Where Are You Local?
As the spring semester sprints to an end, I find myself preparing to travel again. First, back to Germany with students to spend two weeks immersed in an ever-changing culture. The second group of students will be traveling to rural Puerto Rico to do a month long internship with WIU alumni as part of a Department of Education grant titled "Communities as Agents of Change".
I am excited for my own journey to Germany because I consider this place and its people home. But I am equally excited for our students to discover new ways of understanding the world, and perhaps new ways of feeling at home.
For the trip to Germany we will go through the passport control in Amsterdam allowing us access to all of the EU countries. One of the first questions I will be asked is “where are you from?”
For me this question becomes increasingly more difficult to answer year after year, because I feel at home in many places. I am at home in Macomb, IL and in rural mountain communities in India, the Dominican Republic, and Puerto Rico. And when recently asked where I would move to if there were no restrictions, without a moment’s hesitation I answered - Berlin.
So what is it that allows me to breathe easy in so many different places? What makes a place familiar for me is not the passport I hold or the languages I speak, but experiences and people I share them with.
In her 2015 TedTalk, writer and photographer Taiye Selasi, suggests rather than asking where are you from, the better question to ask is “Where am I local?”
I hold an American passport, but I have no relationship with the 50 states that make up this country. My relationship to the US is based on my connection to southern Ohio and now Macomb, IL. What she is suggesting is that who we are and where we feel at home is not necessarily based on our nationality, but on the three “r”s – rituals, relationships and restrictions.
So let’s start with rituals. On Monday, in between meetings I was looking at the Facebook and Instagram photos of my friend Ann Comerford. She recently traveled with her two college-age nephews to Paris. One photo in particular that she shared is composed of things most humans have experience with – a warm beverage and a piece of bread.
What made the photo beautiful to me was not the framing or lighting– although it was really well done - but rather the message that it conveyed. I knew she was in a place where savoring a cup of coffee and a croissant was a ritual that I had once shared with friends.
Mind you, I haven’t been to Paris in over three decades, but the experience of sitting at a small table savoring food resonates with me to this day. It was in a small café in Celle, Germany that an 18 year-old kid from southern Ohio learned to slowly drink a cup of coffee and linger over conversation.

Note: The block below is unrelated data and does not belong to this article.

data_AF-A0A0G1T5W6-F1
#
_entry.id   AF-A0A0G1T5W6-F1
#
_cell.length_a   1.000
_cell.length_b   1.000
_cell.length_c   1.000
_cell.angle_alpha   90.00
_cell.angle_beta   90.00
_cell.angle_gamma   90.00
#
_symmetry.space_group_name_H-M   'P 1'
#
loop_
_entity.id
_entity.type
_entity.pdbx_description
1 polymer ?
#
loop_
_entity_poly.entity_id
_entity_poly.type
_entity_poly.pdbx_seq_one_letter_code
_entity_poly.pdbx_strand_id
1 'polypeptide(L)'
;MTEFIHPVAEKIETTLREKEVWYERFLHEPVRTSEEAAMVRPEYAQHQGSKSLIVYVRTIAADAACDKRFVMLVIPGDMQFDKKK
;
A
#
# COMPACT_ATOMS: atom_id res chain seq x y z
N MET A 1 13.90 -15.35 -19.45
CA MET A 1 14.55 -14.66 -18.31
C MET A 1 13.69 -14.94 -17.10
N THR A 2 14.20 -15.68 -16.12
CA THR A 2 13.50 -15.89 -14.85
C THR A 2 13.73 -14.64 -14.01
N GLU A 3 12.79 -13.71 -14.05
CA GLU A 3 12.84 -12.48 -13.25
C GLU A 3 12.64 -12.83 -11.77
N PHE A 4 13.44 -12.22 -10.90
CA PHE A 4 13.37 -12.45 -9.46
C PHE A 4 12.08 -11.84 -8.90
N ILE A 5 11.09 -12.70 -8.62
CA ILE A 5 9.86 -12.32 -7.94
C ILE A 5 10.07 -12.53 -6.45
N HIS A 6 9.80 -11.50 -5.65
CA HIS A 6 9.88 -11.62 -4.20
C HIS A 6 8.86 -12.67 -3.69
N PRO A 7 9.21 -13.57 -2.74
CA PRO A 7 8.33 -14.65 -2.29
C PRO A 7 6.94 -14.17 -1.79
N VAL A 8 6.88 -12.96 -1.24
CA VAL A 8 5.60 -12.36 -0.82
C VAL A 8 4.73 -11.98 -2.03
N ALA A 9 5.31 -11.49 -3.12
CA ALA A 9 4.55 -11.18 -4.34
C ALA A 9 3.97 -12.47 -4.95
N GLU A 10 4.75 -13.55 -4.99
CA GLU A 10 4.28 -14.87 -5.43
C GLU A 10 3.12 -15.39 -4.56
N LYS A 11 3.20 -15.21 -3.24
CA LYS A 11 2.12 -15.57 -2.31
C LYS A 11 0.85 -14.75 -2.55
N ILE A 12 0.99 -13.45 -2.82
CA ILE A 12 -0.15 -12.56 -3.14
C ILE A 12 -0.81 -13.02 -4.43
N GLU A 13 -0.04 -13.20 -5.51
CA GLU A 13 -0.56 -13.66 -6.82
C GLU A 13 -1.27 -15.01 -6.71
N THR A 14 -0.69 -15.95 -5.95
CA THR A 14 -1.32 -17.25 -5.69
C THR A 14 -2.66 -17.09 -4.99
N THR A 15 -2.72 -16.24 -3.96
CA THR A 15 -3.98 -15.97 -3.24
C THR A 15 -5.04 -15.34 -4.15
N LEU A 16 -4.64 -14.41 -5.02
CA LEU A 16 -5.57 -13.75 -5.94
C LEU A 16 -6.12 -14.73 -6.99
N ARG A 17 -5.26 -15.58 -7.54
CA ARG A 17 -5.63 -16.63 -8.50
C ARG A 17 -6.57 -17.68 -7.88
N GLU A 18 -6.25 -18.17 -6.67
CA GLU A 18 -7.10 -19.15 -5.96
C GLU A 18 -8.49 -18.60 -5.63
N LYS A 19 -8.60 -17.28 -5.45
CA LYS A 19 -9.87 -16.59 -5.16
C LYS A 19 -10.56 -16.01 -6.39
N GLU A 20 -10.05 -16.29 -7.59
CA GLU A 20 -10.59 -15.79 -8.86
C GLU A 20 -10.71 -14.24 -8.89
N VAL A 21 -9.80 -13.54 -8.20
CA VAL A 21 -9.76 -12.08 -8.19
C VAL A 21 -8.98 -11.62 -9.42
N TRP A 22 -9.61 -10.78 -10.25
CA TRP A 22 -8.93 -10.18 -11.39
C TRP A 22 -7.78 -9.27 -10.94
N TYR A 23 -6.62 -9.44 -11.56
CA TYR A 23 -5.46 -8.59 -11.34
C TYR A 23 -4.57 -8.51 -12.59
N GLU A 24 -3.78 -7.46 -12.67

This ritual of having “cafe und küchen” in the afternoon is one I try to replicate every day. In writing this I realized just how important this ritual is to me, since I have hundreds of photos of friends and family taking “cafe und küchen” in Bosnia; or a chai and paratha in Dharamshala; or a Black Cat Espresso at Intelligentsia in Chicago.
Wherever I go, I seek out places and rituals that bring me comfort and pleasure. If the Corner Restaurant in Frankfort, Ohio was still open, I would stop in there for a cup of very, bad coffee and the best pie in the world. You see it doesn’t matter if the coffee shop is the middle of chaotic Union Station or in the quiet back patio stoop of Doña Columbina’s house in the Dominican Republic - sitting and savoring food with loved ones is a ritual that is meaningful to me.
When we sit and savor food and drink we also have an opportunity to make meaningful connections to people, not just places. This brings me to the second “r” – relationships. When I think of those people, who as Taiye Selsai writes, “shape my days” many are not physically present in my life. They are my best friend from college, who lives on the east coast and my friends from grad school and Peace Corps who are scattered all over the world. These are people who are home to me because we share the same rituals and these rituals illuminate what we value most in life - our love of travel, our commitment to social justice and environmental issues, and our conviction in doing what is right not just for us, but for others we may never meet.
This brings me to the third “r” – restrictions. I am painfully aware that my friends and I face fewer restrictions than others do. The mere randomness of being born when and where I was, is a gift I do not take for granted.
Had I been born a girl child in the Democratic Republic of Congo, I would not be here right now. I am privileged to live in a place free from war, have had access to high quality education and health care, and am generally unburdened by the ugliness of racism. And as such, when I travel, especially as a teacher, I feel a responsibility to my students to help them begin to understand the inequities others face because of the arbitrariness of when and where they were born.
If I had never had an opportunity to travel into a different world than the one I knew, I am certain I would be more likely to respond to human differences with ignorance and hate rather than curiosity. This thing called life is a notoriously and gloriously messy affair and the more one travels, the more one understands we are more alike than we are different.
As Mark Twain wrote, “Broad, wholesome, charitable views of men and things cannot be acquired by vegetating in one little corner of the earth all of one’s lifetime.” Make the world your classroom and travel.
Heather McIlvaine-Newsad is a Professor of Anthropology at Western Illinois University.
The opinions expressed are not necessarily those of the university or Tri States Public Radio. Diverse viewpoints are welcomed and encouraged.